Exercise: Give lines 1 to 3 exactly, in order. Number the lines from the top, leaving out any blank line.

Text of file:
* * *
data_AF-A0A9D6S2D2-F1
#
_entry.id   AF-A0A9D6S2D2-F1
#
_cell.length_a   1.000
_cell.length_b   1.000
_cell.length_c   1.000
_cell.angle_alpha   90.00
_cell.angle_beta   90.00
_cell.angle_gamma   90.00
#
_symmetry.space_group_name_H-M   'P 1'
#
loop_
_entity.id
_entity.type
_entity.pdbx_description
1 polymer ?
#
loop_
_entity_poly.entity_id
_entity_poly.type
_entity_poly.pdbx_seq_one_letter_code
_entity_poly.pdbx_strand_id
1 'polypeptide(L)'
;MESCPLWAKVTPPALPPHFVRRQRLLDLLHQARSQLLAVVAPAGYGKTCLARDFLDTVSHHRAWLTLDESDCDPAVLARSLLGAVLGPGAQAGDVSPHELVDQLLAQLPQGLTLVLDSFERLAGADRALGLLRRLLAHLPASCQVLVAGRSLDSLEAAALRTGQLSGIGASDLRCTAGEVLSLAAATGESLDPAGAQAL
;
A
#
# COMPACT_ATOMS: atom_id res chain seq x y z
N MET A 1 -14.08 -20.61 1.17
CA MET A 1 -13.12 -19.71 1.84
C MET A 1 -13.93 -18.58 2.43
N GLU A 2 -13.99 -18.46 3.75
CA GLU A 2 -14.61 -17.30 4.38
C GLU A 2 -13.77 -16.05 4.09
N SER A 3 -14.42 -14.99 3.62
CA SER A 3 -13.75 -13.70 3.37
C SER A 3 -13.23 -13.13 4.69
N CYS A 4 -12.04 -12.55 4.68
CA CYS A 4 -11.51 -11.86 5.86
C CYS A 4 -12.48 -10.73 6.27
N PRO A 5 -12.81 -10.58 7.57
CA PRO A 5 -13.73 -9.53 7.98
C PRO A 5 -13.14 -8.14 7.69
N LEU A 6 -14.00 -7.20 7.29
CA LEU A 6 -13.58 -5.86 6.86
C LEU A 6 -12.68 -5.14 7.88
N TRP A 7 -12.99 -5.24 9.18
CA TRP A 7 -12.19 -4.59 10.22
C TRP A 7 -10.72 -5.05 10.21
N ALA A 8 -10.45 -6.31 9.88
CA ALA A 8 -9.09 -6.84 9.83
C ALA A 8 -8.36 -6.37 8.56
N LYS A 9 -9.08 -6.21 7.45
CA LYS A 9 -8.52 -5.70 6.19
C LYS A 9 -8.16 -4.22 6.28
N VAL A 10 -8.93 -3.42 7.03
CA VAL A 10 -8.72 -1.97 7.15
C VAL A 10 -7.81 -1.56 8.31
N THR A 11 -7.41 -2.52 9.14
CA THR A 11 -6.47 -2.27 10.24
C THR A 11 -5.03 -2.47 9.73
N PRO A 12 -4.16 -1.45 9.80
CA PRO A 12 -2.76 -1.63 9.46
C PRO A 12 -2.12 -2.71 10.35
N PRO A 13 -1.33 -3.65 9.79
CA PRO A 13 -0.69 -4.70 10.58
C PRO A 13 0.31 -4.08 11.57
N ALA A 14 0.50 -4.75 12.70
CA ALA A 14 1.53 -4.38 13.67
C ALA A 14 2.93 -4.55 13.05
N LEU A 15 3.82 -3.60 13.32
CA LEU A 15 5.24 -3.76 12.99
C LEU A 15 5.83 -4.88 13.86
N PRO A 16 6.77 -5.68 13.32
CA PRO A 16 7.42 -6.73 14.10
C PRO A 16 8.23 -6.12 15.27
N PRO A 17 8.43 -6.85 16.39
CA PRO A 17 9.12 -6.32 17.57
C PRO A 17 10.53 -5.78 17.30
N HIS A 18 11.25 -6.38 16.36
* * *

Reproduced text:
data_AF-A0A9D6S2D2-F1
#
_entry.id   AF-A0A9D6S2D2-F1